Header

UZH-Logo

Maintenance Infos

Test-performance after cognitive training in persons at risk mental state of schizophrenia and patients with schizophrenia


Rauchensteiner, S; Kawohl, W; Özgürdal, S; Littmann, E; Gudlowski, Y; Witthaus, H; Heinz, A; Juckel, G (2011). Test-performance after cognitive training in persons at risk mental state of schizophrenia and patients with schizophrenia. Psychiatry Research, 185(3):334-339.

Abstract

This exploratory study aims to examine the differential effects of a computer-based cognitive training in 'prodromal' patients (mean age 27.20 years, S.D. 5.31 years) compared with patients with full-blown schizophrenia (mean age 30.13 years, S.D. 7.77 years). Ten patients at risk for schizophrenia and 16 patients suffering from schizophrenia underwent a computerized cognitive training program (Cogpack). Cognitive functioning before and after a total of 10 training sessions was assessed by different tests controlling for memory, attention, and logical thinking. Prodromal patients turned out to be able to significantly improve their long-term memory functions and their attention after cognitive training with the Cogpack software package whereas in the group of patients with schizophrenia no improvement occurred (e.g. continuous performance test, identical pairs-subtest 'shapes': improvement from 0.73 to 0.88 in persons at risk of schizophrenia vs. no improvement in patients with schizophrenia (0.55 to 0.53). Cognitive training using Cogpack is helpful for the improvement of cognitive functioning in persons at risk of schizophrenia. Thus, the application of cognitive training should be provided as early as possible in the prodromal phases of schizophrenia in order to use the full rehabilitative potential of the patients. These results should be confirmed by further investigations including larger sample sizes.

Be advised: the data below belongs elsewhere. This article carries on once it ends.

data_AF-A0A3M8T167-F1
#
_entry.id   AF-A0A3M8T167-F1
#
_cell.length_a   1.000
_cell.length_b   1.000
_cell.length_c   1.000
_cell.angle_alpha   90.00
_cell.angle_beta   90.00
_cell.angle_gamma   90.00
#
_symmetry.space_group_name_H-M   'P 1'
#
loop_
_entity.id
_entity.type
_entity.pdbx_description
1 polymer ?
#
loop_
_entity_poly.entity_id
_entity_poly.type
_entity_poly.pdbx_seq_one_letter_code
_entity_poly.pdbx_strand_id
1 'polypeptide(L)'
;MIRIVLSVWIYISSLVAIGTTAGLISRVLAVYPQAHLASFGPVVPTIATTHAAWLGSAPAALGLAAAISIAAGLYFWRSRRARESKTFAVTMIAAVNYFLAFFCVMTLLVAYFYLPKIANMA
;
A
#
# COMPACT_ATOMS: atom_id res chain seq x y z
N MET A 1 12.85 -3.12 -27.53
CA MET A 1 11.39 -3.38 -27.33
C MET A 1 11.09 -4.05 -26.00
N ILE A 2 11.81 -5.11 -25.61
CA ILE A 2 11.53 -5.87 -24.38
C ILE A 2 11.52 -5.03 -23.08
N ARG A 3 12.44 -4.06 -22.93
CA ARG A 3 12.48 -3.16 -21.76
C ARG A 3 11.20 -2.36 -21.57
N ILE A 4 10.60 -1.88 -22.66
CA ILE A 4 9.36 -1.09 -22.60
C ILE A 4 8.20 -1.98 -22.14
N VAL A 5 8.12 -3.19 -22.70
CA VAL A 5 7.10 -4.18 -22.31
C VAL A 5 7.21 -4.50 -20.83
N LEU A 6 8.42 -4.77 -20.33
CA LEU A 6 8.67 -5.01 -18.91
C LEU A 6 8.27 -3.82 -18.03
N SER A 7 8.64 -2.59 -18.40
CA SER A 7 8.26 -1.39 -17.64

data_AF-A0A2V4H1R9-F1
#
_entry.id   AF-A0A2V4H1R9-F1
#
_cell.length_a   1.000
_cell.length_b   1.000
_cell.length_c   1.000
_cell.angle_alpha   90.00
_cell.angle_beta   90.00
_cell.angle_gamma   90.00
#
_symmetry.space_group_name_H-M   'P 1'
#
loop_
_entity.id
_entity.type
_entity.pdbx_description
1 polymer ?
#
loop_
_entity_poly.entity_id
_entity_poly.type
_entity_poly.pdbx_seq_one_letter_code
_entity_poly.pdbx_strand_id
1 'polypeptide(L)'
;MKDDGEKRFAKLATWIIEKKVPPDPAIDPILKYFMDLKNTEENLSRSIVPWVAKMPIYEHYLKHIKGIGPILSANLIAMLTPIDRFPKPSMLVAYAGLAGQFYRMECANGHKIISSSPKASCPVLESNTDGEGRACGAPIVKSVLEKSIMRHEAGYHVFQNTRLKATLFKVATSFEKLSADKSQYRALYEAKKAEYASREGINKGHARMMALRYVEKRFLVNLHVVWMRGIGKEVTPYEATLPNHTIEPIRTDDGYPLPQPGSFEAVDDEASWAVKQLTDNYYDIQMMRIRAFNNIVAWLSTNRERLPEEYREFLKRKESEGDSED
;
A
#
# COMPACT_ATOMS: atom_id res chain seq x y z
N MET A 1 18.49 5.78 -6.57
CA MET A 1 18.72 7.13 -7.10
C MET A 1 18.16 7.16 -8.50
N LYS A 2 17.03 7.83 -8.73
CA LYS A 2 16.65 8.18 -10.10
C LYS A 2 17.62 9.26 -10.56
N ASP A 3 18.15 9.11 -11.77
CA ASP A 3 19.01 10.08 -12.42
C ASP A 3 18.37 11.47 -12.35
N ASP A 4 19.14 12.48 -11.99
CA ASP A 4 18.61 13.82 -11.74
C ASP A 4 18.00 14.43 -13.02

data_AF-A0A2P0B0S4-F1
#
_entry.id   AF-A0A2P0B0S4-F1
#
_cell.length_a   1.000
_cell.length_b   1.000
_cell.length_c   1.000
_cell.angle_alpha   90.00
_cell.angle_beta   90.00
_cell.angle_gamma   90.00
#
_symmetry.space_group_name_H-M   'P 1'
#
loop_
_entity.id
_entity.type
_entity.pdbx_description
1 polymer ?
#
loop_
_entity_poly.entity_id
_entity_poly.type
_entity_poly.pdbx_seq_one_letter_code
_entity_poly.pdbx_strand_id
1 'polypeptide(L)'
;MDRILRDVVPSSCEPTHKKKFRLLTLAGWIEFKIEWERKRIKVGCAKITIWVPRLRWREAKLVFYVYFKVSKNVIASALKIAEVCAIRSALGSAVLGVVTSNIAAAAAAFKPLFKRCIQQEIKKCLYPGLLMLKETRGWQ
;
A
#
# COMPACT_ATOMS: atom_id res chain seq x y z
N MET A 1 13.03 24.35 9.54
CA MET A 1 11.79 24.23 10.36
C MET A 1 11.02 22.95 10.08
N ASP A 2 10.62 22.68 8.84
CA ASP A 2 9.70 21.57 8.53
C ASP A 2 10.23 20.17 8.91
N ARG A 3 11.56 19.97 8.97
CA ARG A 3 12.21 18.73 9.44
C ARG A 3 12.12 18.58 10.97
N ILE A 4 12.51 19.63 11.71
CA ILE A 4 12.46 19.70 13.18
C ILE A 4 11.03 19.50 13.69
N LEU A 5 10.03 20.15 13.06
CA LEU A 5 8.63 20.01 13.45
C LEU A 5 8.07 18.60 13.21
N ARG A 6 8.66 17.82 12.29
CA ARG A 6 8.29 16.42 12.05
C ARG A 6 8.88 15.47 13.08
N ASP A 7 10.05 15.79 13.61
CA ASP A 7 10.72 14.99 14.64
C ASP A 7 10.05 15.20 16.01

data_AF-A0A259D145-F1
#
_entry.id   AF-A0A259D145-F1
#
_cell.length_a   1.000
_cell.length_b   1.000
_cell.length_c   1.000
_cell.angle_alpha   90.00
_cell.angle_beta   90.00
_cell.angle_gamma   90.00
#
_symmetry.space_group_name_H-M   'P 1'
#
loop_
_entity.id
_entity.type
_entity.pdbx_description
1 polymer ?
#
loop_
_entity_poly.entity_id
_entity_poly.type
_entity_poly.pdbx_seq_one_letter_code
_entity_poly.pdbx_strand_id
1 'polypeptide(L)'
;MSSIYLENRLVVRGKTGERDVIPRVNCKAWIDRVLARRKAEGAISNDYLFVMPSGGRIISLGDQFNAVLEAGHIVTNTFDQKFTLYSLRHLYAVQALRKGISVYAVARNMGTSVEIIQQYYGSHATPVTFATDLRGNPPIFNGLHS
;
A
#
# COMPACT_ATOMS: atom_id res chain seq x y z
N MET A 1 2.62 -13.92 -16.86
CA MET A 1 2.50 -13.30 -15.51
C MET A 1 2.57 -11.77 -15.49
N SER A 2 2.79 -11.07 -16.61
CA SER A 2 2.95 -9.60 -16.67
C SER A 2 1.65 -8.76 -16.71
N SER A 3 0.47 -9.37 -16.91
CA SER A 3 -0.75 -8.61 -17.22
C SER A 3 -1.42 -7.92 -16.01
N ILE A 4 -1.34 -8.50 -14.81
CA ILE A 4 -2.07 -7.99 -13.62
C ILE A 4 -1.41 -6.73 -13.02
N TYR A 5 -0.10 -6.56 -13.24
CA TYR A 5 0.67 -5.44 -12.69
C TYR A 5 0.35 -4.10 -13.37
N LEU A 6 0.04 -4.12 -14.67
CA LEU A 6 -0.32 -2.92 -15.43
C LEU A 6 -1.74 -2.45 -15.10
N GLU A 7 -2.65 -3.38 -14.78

Abstract

This exploratory study aims to examine the differential effects of a computer-based cognitive training in 'prodromal' patients (mean age 27.20 years, S.D. 5.31 years) compared with patients with full-blown schizophrenia (mean age 30.13 years, S.D. 7.77 years). Ten patients at risk for schizophrenia and 16 patients suffering from schizophrenia underwent a computerized cognitive training program (Cogpack). Cognitive functioning before and after a total of 10 training sessions was assessed by different tests controlling for memory, attention, and logical thinking. Prodromal patients turned out to be able to significantly improve their long-term memory functions and their attention after cognitive training with the Cogpack software package whereas in the group of patients with schizophrenia no improvement occurred (e.g. continuous performance test, identical pairs-subtest 'shapes': improvement from 0.73 to 0.88 in persons at risk of schizophrenia vs. no improvement in patients with schizophrenia (0.55 to 0.53). Cognitive training using Cogpack is helpful for the improvement of cognitive functioning in persons at risk of schizophrenia. Thus, the application of cognitive training should be provided as early as possible in the prodromal phases of schizophrenia in order to use the full rehabilitative potential of the patients. These results should be confirmed by further investigations including larger sample sizes.

Statistics

Citations

22 citations in Web of Science®
26 citations in Scopus®
Google Scholar™

Altmetrics

Downloads

3 downloads since deposited on 15 Mar 2011
0 downloads since 12 months
Detailed statistics

Additional indexing

Item Type:Journal Article, refereed, original work
Communities & Collections:04 Faculty of Medicine > Psychiatric University Hospital Zurich > Clinic for Clinical and Social Psychiatry Zurich West (former)
Dewey Decimal Classification:610 Medicine & health
Language:English
Date:2011
Deposited On:15 Mar 2011 07:39
Last Modified:05 Apr 2016 14:42
Publisher:Elsevier
ISSN:0165-1781
Publisher DOI:https://doi.org/10.1016/j.psychres.2009.09.003
PubMed ID:20493540

Download

Preview Icon on Download
Filetype: PDF - Registered users only
Size: 195kB
View at publisher

TrendTerms

TrendTerms displays relevant terms of the abstract of this publication and related documents on a map. The terms and their relations were extracted from ZORA using word statistics. Their timelines are taken from ZORA as well. The bubble size of a term is proportional to the number of documents where the term occurs. Red, orange, yellow and green colors are used for terms that occur in the current document; red indicates high interlinkedness of a term with other terms, orange, yellow and green decreasing interlinkedness. Blue is used for terms that have a relation with the terms in this document, but occur in other documents.
You can navigate and zoom the map. Mouse-hovering a term displays its timeline, clicking it yields the associated documents.

Author Collaborations